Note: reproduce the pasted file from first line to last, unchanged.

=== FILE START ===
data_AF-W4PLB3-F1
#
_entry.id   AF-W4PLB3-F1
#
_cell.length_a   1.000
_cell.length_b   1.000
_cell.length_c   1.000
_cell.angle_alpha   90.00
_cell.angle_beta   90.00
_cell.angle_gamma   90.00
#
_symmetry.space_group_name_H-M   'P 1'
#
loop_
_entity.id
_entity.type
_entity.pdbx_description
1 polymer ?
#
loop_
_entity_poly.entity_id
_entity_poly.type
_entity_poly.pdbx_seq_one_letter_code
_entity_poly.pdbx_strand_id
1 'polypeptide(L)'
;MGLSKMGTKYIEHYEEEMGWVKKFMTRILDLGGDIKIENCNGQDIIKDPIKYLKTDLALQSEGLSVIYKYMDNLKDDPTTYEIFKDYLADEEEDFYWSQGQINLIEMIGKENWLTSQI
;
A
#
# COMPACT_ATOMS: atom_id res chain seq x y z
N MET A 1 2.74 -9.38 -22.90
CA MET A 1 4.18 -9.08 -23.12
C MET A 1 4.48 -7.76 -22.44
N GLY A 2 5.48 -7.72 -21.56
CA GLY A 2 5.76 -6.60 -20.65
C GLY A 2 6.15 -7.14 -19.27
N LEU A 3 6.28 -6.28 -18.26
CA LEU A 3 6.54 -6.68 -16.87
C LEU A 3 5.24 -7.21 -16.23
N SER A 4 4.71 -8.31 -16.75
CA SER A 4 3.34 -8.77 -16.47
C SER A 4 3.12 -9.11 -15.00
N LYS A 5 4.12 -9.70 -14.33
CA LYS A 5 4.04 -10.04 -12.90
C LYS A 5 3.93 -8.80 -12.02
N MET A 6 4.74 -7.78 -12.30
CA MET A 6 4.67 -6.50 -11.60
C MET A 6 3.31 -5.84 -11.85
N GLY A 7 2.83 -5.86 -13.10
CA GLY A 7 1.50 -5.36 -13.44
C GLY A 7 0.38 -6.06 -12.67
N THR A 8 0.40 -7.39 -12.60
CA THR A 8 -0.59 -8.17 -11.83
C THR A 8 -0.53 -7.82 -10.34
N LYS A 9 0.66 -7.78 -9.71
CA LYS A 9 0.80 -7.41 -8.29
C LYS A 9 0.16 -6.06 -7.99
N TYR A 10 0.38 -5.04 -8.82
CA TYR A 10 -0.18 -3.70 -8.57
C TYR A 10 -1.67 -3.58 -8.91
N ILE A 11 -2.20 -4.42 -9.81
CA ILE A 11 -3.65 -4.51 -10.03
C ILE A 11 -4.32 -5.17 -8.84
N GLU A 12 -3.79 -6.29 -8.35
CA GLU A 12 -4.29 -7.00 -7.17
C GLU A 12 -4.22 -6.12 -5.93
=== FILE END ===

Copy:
data_AF-W4PLB3-F1
#
_entry.id   AF-W4PLB3-F1
#
_cell.length_a   1.000
_cell.length_b   1.000
_cell.length_c   1.000
_cell.angle_alpha   90.00
_cell.angle_beta   90.00
_cell.angle_gamma   90.00
#
_symmetry.space_group_name_H-M   'P 1'
#
loop_
_entity.id
_entity.type
_entity.pdbx_description
1 polymer ?
#
loop_
_entity_poly.entity_id
_entity_poly.type
_entity_poly.pdbx_seq_one_letter_code
_entity_poly.pdbx_strand_id
1 'polypeptide(L)'
;MGLSKMGTKYIEHYEEEMGWVKKFMTRILDLGGDIKIENCNGQDIIKDPIKYLKTDLALQSEGLSVIYKYMDNLKDDPTTYEIFKDYLADEEEDFYWSQGQINLIEMIGKENWLTSQI
;
A
#
# COMPACT_ATOMS: atom_id res chain seq x y z
N MET A 1 2.74 -9.38 -22.90
CA MET A 1 4.18 -9.08 -23.12
C MET A 1 4.48 -7.76 -22.44
N GLY A 2 5.48 -7.72 -21.56
CA GLY A 2 5.76 -6.60 -20.65
C GLY A 2 6.15 -7.14 -19.27
N LEU A 3 6.28 -6.28 -18.26
CA LEU A 3 6.54 -6.68 -16.87
C LEU A 3 5.24 -7.21 -16.23
N SER A 4 4.71 -8.31 -16.75
CA SER A 4 3.34 -8.77 -16.47
C SER A 4 3.12 -9.11 -15.00
N LYS A 5 4.12 -9.70 -14.33
CA LYS A 5 4.04 -10.04 -12.90
C LYS A 5 3.93 -8.80 -12.02
N MET A 6 4.74 -7.78 -12.30
CA MET A 6 4.67 -6.50 -11.60
C MET A 6 3.31 -5.84 -11.85
N GLY A 7 2.83 -5.86 -13.10
CA GLY A 7 1.50 -5.36 -13.44
C GLY A 7 0.38 -6.06 -12.67
N THR A 8 0.40 -7.39 -12.60
CA THR A 8 -0.59 -8.17 -11.83
C THR A 8 -0.53 -7.82 -10.34
N LYS A 9 0.66 -7.78 -9.71
CA LYS A 9 0.80 -7.41 -8.29
C LYS A 9 0.16 -6.06 -7.99
N TYR A 10 0.38 -5.04 -8.82
CA TYR A 10 -0.18 -3.70 -8.57
C TYR A 10 -1.67 -3.58 -8.91
N ILE A 11 -2.20 -4.42 -9.81
CA ILE A 11 -3.65 -4.51 -10.03
C ILE A 11 -4.32 -5.17 -8.84
N GLU A 12 -3.79 -6.29 -8.35
CA GLU A 12 -4.29 -7.00 -7.17
C GLU A 12 -4.22 -6.12 -5.93